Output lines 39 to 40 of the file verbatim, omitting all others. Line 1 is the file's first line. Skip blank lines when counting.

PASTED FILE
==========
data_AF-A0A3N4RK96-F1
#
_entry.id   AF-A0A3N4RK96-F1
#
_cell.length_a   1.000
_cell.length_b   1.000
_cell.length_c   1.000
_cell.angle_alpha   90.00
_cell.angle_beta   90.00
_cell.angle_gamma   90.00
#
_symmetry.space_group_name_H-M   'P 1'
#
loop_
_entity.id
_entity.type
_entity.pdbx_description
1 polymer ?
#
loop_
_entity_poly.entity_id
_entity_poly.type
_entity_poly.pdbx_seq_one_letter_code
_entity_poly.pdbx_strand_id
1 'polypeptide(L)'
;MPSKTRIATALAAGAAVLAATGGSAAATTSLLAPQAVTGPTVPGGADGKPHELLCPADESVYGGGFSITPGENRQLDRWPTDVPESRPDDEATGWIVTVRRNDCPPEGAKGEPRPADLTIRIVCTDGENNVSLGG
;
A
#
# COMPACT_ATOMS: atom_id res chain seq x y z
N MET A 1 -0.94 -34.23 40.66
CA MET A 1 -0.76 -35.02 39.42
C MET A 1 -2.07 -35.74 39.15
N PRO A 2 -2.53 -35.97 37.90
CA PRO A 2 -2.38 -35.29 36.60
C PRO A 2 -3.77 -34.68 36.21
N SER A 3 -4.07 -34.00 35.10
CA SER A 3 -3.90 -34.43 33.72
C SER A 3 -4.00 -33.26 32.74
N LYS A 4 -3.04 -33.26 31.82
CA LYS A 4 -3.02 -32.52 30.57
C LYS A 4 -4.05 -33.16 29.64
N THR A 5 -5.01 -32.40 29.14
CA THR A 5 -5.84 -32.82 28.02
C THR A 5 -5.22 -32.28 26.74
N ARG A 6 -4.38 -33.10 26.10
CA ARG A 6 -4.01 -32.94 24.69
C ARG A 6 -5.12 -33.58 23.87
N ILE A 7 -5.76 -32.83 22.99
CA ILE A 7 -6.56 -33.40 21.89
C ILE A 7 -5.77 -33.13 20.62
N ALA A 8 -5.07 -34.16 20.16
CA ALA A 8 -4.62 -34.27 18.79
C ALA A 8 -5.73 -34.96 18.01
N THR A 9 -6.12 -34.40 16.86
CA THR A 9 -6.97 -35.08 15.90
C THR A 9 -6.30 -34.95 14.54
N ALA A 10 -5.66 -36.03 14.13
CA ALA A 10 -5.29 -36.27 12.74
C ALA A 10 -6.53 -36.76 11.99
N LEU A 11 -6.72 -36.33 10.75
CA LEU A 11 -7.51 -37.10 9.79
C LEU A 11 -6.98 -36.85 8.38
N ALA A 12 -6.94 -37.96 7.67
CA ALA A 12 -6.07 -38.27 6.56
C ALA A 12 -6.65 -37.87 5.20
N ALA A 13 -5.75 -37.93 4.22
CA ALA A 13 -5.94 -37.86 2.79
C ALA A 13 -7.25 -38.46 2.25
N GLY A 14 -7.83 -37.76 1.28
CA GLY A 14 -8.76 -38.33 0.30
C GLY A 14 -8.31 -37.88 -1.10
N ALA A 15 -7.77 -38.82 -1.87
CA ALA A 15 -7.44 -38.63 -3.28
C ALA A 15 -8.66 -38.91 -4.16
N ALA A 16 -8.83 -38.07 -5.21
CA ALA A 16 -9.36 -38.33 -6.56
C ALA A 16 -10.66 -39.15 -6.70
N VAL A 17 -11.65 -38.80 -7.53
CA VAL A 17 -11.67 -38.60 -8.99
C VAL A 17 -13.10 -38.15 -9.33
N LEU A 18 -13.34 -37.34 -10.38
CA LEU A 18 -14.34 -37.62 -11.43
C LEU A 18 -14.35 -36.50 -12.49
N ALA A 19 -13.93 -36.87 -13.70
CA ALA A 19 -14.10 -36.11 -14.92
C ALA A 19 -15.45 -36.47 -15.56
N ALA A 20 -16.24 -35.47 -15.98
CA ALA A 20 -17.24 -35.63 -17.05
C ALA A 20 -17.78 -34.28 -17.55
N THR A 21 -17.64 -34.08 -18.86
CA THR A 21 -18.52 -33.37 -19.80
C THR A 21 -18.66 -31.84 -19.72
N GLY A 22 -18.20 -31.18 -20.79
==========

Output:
C SER A 3 -4.00 -33.26 32.74
N LYS A 4 -3.04 -33.26 31.82